The British government's Brexit strategy took yet another hit Tuesday after it seemingly had to convince Bank of England Governor Mark Carney to stay on and guide it through the country's divorce from the European Union.
The embarrassing effort comes just one week after the government made concessions to Nissan (NSANY) to lure manufacturing of two of its models to the U.K, with lawmakers accusing Prime Minister Theresa May of assembling an E.U. exit plan on the hoof.
Carney indicated late Monday that he will remain at Threadneedle Street until June 2019, one year more than he had intended, ending weeks of speculation that had unsettled markets and investors.
The Governor had come under intense fire from some lawmakers for what they deemed was a pessimistic view on the U.K. economy in the run-up to and following the referendum in late June, with some calling for him to step down immediately.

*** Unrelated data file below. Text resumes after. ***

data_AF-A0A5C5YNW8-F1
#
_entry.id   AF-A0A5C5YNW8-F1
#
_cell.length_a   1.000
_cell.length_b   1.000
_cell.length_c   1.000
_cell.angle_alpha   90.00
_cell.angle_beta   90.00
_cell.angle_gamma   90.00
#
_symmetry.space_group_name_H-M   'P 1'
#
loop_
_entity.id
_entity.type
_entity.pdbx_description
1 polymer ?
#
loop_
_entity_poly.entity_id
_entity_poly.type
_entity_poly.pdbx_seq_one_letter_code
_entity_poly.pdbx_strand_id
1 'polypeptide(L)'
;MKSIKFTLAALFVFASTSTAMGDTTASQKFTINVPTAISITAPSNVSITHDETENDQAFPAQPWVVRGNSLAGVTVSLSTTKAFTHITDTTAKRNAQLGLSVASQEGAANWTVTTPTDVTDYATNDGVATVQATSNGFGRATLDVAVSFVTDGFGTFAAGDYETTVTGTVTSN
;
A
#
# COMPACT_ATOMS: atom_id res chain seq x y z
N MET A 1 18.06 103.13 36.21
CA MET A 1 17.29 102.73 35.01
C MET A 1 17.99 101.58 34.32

Although the full term of a Governor is usually eight years, Canadian-born Carney had a break clause in his contract that would have allowed him to leave after five years for personal reasons related to the schooling of his young daughters. It is now expected that his family will return to Canada in 2018 while he stays in London to see Brexit through.
"My personal circumstances have not changed but other circumstances clearly have, most notably the U.K.'s decision to leave the European Union," Carney wrote in a letter to Finance Minister Philip Hammond, following a meeting with May that lasted more than an hour.